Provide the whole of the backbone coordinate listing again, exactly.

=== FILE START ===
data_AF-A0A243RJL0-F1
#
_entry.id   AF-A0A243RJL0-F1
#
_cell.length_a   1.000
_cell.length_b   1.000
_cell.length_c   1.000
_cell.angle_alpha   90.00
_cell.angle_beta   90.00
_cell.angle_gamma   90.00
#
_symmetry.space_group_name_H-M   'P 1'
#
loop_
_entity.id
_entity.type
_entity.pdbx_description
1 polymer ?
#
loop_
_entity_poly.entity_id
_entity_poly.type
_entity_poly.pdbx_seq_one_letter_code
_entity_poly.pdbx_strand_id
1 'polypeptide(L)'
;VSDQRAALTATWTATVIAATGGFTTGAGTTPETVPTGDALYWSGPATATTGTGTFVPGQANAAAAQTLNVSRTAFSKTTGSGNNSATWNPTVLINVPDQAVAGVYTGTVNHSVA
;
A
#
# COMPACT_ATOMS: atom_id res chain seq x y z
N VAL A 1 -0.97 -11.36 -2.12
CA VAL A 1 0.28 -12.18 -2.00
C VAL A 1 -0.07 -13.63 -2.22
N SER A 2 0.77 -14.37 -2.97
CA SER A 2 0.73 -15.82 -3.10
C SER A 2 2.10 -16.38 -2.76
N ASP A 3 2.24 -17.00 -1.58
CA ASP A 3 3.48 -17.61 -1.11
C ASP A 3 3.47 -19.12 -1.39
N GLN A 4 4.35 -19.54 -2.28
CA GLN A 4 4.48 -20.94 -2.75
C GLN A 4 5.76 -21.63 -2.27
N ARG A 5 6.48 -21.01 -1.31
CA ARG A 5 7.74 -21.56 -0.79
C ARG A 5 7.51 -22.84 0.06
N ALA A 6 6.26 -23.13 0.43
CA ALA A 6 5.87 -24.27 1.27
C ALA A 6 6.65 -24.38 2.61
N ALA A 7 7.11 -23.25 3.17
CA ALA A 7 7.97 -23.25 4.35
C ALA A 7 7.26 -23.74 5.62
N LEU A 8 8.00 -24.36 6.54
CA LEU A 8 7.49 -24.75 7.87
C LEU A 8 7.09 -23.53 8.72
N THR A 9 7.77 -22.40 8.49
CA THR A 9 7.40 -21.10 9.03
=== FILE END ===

data_AF-A0A243RJL0-F1
#
_entry.id   AF-A0A243RJL0-F1
#
_cell.length_a   1.000
_cell.length_b   1.000
_cell.length_c   1.000
_cell.angle_alpha   90.00
_cell.angle_beta   90.00
_cell.angle_gamma   90.00
#
_symmetry.space_group_name_H-M   'P 1'
#
loop_
_entity.id
_entity.type
_entity.pdbx_description
1 polymer ?
#
loop_
_entity_poly.entity_id
_entity_poly.type
_entity_poly.pdbx_seq_one_letter_code
_entity_poly.pdbx_strand_id
1 'polypeptide(L)'
;VSDQRAALTATWTATVIAATGGFTTGAGTTPETVPTGDALYWSGPATATTGTGTFVPGQANAAAAQTLNVSRTAFSKTTGSGNNSATWNPTVLINVPDQAVAGVYTGTVNHSVA
;
A
#
# COMPACT_ATOMS: atom_id res chain seq x y z
N VAL A 1 -0.97 -11.36 -2.12
CA VAL A 1 0.28 -12.18 -2.00
C VAL A 1 -0.07 -13.63 -2.22
N SER A 2 0.77 -14.37 -2.97
CA SER A 2 0.73 -15.82 -3.10
C SER A 2 2.10 -16.38 -2.76
N ASP A 3 2.24 -17.00 -1.58
CA ASP A 3 3.48 -17.61 -1.11
C ASP A 3 3.47 -19.12 -1.39
N GLN A 4 4.35 -19.54 -2.28
CA GLN A 4 4.48 -20.94 -2.75
C GLN A 4 5.76 -21.63 -2.27
N ARG A 5 6.48 -21.01 -1.31
CA ARG A 5 7.74 -21.56 -0.79
C ARG A 5 7.51 -22.84 0.06
N ALA A 6 6.26 -23.13 0.43
CA ALA A 6 5.87 -24.27 1.27
C ALA A 6 6.65 -24.38 2.61
N ALA A 7 7.11 -23.25 3.17
CA ALA A 7 7.97 -23.25 4.35
C ALA A 7 7.26 -23.74 5.62
N LEU A 8 8.00 -24.36 6.54
CA LEU A 8 7.49 -24.75 7.87
C LEU A 8 7.09 -23.53 8.72
N THR A 9 7.77 -22.40 8.49
CA THR A 9 7.40 -21.10 9.03